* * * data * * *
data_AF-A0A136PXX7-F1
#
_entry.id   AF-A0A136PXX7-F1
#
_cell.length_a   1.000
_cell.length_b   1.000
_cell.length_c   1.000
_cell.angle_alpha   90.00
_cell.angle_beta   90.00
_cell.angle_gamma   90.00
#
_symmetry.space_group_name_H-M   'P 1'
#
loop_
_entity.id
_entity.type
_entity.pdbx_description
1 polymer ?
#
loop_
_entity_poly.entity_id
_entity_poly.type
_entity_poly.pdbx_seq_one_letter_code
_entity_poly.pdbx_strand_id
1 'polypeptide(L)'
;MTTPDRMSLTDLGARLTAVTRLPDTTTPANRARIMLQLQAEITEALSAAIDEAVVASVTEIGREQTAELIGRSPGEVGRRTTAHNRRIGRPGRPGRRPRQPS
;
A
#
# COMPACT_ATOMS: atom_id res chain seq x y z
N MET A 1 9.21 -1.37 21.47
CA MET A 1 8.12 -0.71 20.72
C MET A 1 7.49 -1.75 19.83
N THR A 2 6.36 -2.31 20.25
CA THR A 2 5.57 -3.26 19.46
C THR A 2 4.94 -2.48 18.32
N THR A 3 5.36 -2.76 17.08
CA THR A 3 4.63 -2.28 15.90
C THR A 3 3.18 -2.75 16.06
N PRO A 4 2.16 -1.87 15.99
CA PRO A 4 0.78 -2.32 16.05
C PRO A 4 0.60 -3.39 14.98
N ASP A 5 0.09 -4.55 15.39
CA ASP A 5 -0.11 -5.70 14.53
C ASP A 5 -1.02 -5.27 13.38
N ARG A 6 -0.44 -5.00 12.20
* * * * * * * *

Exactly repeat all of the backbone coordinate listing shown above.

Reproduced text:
data_AF-A0A136PXX7-F1
#
_entry.id   AF-A0A136PXX7-F1
#
_cell.length_a   1.000
_cell.length_b   1.000
_cell.length_c   1.000
_cell.angle_alpha   90.00
_cell.angle_beta   90.00
_cell.angle_gamma   90.00
#
_symmetry.space_group_name_H-M   'P 1'
#
loop_
_entity.id
_entity.type
_entity.pdbx_description
1 polymer ?
#
loop_
_entity_poly.entity_id
_entity_poly.type
_entity_poly.pdbx_seq_one_letter_code
_entity_poly.pdbx_strand_id
1 'polypeptide(L)'
;MTTPDRMSLTDLGARLTAVTRLPDTTTPANRARIMLQLQAEITEALSAAIDEAVVASVTEIGREQTAELIGRSPGEVGRRTTAHNRRIGRPGRPGRRPRQPS
;
A
#
# COMPACT_ATOMS: atom_id res chain seq x y z
N MET A 1 9.21 -1.37 21.47
CA MET A 1 8.12 -0.71 20.72
C MET A 1 7.49 -1.75 19.83
N THR A 2 6.36 -2.31 20.25
CA THR A 2 5.57 -3.26 19.46
C THR A 2 4.94 -2.48 18.32
N THR A 3 5.36 -2.76 17.08
CA THR A 3 4.63 -2.28 15.90
C THR A 3 3.18 -2.75 16.06
N PRO A 4 2.16 -1.87 15.99
CA PRO A 4 0.78 -2.32 16.05
C PRO A 4 0.60 -3.39 14.98
N ASP A 5 0.09 -4.55 15.39
CA ASP A 5 -0.11 -5.70 14.53
C ASP A 5 -1.02 -5.27 13.38
N ARG A 6 -0.44 -5.00 12.20